Jeff Dorman, chief investment officer at the digital-asset management firm Arca: “Most investors have heard of blockchain now and want to somehow make money if blockchain succeeds. For the last five years, almost every investor has tried to find different ways to express that theme. But for the first time ever, we're coming out of a bear market with real product market fit,” which includes four areas: bitcoin, stablecoins, non-fungible tokens (NFT) and decentralized finance (DeFi). “If you want to express all of those areas of blockchain with one investment, it would be Ethereum. It has wrapped bitcoin, the largest stablecoin presence, the largest NFT presence and the largest DeFi presence,” he said, adding: “In some ways, ETH is basically a crypto index now.” Dorman said he wouldn’t worry about the potential sell-off pressure from unlocking staked ETH following the upgrade: “There might be some pent-up demand to get liquidity from those who have had no liquidity for the last six or so months, but that will easily be replaced by people who didn't stake the first time because they needed liquidity.”

Lucas Outumuro, head of research at crypto data and analysis firm IntoTheBlock, wrote in a newsletter that ETH withdrawals will be processed through a queue with a maximum of approximately 43,000 staked ETH allowed to exit per day. “Based on this, it would take over a year for the 15.91 million ETH staked to be withdrawn, preventing mass withdrawals and mitigating selling pressure,” he said. “The fact that people staking may now be able to withdraw, even if they have to form part of a queue, could in turn encourage more people to stake.”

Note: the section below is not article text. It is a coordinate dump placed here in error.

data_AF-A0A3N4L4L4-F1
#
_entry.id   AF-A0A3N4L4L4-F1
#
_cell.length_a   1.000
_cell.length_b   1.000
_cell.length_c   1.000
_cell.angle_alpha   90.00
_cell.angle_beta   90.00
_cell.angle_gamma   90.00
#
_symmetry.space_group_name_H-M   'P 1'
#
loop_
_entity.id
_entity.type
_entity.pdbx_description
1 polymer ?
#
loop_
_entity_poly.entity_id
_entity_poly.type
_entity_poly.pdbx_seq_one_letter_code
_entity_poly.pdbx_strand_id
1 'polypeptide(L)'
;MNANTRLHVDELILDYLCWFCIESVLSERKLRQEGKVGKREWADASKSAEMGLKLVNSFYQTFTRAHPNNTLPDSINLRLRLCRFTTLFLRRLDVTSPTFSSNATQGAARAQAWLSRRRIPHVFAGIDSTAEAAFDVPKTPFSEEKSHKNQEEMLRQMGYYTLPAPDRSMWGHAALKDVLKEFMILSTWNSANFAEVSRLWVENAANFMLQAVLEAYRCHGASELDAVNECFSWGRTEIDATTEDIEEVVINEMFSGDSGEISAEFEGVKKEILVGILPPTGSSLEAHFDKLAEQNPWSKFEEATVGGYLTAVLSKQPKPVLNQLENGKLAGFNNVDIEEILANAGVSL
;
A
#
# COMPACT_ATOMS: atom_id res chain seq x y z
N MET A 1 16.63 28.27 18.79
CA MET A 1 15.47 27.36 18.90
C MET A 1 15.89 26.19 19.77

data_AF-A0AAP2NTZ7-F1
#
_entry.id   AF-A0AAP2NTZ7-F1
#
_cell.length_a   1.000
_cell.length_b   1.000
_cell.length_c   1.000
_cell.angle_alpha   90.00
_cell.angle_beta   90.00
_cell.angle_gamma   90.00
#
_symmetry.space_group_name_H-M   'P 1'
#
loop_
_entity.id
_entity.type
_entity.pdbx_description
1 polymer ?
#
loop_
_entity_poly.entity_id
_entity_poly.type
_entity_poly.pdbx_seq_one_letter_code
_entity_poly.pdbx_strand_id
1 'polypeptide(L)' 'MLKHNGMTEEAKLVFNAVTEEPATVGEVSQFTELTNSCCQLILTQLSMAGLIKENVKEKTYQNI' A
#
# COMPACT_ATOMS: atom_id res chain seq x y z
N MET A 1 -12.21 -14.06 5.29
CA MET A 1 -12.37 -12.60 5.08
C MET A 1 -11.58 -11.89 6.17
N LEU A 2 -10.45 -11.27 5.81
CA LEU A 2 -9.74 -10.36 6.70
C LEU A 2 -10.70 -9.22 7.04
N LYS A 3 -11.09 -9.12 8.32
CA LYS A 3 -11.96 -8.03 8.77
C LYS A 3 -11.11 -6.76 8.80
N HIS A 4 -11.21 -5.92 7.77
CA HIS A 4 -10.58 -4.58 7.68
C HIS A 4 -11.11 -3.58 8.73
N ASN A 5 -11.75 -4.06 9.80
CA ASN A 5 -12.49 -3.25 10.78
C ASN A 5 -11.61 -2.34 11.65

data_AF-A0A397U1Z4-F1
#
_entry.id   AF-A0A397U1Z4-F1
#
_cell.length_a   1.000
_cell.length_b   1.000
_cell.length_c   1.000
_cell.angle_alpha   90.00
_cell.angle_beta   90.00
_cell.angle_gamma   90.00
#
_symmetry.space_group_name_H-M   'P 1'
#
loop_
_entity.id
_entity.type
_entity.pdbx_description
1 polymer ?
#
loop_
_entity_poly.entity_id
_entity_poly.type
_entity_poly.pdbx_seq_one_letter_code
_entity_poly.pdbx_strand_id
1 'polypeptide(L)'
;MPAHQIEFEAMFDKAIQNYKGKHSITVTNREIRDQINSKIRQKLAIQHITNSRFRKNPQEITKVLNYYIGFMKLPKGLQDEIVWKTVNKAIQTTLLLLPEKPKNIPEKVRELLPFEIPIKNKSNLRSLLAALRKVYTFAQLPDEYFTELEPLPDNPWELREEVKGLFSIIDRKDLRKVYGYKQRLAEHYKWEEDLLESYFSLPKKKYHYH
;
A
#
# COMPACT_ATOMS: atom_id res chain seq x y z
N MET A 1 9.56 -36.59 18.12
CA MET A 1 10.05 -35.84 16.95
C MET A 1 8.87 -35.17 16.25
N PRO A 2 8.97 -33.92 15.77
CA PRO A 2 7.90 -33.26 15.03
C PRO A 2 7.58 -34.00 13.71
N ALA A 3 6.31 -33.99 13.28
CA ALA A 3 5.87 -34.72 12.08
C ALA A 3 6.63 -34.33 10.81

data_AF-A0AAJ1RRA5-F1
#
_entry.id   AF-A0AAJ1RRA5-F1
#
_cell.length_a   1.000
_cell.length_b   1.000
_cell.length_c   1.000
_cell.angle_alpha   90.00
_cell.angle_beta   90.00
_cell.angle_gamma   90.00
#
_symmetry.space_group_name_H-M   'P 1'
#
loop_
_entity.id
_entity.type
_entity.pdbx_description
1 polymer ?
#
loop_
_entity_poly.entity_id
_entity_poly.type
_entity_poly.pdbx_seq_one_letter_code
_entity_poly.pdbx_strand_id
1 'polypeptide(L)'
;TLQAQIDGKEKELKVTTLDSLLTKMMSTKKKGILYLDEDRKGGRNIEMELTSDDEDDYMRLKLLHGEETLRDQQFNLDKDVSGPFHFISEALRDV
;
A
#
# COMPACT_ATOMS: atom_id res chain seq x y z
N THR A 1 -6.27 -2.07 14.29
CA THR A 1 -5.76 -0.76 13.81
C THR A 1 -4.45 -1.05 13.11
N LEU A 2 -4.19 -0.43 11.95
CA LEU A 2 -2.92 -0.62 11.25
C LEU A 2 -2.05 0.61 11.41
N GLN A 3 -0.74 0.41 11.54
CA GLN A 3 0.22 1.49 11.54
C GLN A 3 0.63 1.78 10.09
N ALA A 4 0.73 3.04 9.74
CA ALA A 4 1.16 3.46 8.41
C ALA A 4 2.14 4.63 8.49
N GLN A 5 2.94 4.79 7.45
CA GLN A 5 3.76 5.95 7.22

Kunal Goel, Messari's research analyst, wrote in a report that the total amount of ether staked will likely increase post-Shanghai. Goel pointed out that Ethereum remains the lowest staking ratio compared to other major proof-of-stake chains. (The staking ratio of other significant chains ranges between 46% and 97%.) After the Shanghai upgrade, a range of 30%-50% of Ethereum’s staking ratio “seems reasonable.” He also predicted that liquid staking protocols Lido and Rocket Pool will benefit from an increase in ETH's staking ratio after Shanghai, while decentralized trustless protocols should see secular growth.

Brent Xu, founder and CEO at Cosmos-based borrowing and lending platform Umee, expected “some sell pressure” after the Shanghai upgrade. He said that similar to Cosmos, Ethereum’s liquid staking derivatives currently face centralization risks that “not everyone trusts them,” though he expected after Shanghai upgrade, liquid staking derivatives will “significantly de-risk” ETH’s staking. He added: "This is a dance between the proof-of-stake protocol readiness and how decentralized and how trusting people are of liquid staking protocols.”

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Jocelyn Yang is a markets reporter at CoinDesk. She is a recent graduate of Emerson College's journalism program.


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Jocelyn Yang is a markets reporter at CoinDesk. She is a recent graduate of Emerson College's journalism program.